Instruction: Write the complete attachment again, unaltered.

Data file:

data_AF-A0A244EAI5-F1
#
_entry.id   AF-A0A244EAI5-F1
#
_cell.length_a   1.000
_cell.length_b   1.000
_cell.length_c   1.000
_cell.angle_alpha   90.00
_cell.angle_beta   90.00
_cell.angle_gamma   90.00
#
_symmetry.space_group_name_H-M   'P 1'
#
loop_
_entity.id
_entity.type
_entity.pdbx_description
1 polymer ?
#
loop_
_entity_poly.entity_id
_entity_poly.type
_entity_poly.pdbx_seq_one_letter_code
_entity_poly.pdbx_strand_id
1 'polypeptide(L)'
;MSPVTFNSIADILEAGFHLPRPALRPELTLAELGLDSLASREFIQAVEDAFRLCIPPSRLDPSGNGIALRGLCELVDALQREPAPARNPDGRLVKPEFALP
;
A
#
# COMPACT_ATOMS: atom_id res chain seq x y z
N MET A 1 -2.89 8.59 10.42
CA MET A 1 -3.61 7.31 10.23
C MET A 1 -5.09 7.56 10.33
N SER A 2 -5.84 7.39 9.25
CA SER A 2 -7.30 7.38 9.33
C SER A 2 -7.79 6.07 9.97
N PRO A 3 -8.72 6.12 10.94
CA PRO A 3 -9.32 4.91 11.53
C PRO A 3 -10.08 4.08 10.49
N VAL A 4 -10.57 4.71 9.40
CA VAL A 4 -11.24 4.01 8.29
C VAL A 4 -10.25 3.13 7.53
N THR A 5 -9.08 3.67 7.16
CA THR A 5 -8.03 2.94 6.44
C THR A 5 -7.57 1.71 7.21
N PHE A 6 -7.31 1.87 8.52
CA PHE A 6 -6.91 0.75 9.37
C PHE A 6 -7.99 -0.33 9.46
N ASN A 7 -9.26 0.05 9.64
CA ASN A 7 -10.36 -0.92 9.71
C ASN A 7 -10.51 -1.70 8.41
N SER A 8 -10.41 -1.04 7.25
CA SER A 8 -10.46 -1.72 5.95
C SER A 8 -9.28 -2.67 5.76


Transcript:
data_AF-A0A244EAI5-F1
#
_entry.id   AF-A0A244EAI5-F1
#
_cell.length_a   1.000
_cell.length_b   1.000
_cell.length_c   1.000
_cell.angle_alpha   90.00
_cell.angle_beta   90.00
_cell.angle_gamma   90.00
#
_symmetry.space_group_name_H-M   'P 1'
#
loop_
_entity.id
_entity.type
_entity.pdbx_description
1 polymer ?
#
loop_
_entity_poly.entity_id
_entity_poly.type
_entity_poly.pdbx_seq_one_letter_code
_entity_poly.pdbx_strand_id
1 'polypeptide(L)'
;MSPVTFNSIADILEAGFHLPRPALRPELTLAELGLDSLASREFIQAVEDAFRLCIPPSRLDPSGNGIALRGLCELVDALQREPAPARNPDGRLVKPEFALP
;
A
#
# COMPACT_ATOMS: atom_id res chain seq x y z
N MET A 1 -2.89 8.59 10.42
CA MET A 1 -3.61 7.31 10.23
C MET A 1 -5.09 7.56 10.33
N SER A 2 -5.84 7.39 9.25
CA SER A 2 -7.30 7.38 9.33
C SER A 2 -7.79 6.07 9.97
N PRO A 3 -8.72 6.12 10.94
CA PRO A 3 -9.32 4.91 11.53
C PRO A 3 -10.08 4.08 10.49
N VAL A 4 -10.57 4.71 9.40
CA VAL A 4 -11.24 4.01 8.29
C VAL A 4 -10.25 3.13 7.53
N THR A 5 -9.08 3.67 7.16
CA THR A 5 -8.03 2.94 6.44
C THR A 5 -7.57 1.71 7.21
N PHE A 6 -7.31 1.87 8.52
CA PHE A 6 -6.91 0.75 9.37
C PHE A 6 -7.99 -0.33 9.46
N ASN A 7 -9.26 0.05 9.64
CA ASN A 7 -10.36 -0.92 9.71
C ASN A 7 -10.51 -1.70 8.41
N SER A 8 -10.41 -1.04 7.25
CA SER A 8 -10.46 -1.72 5.95
C SER A 8 -9.28 -2.67 5.76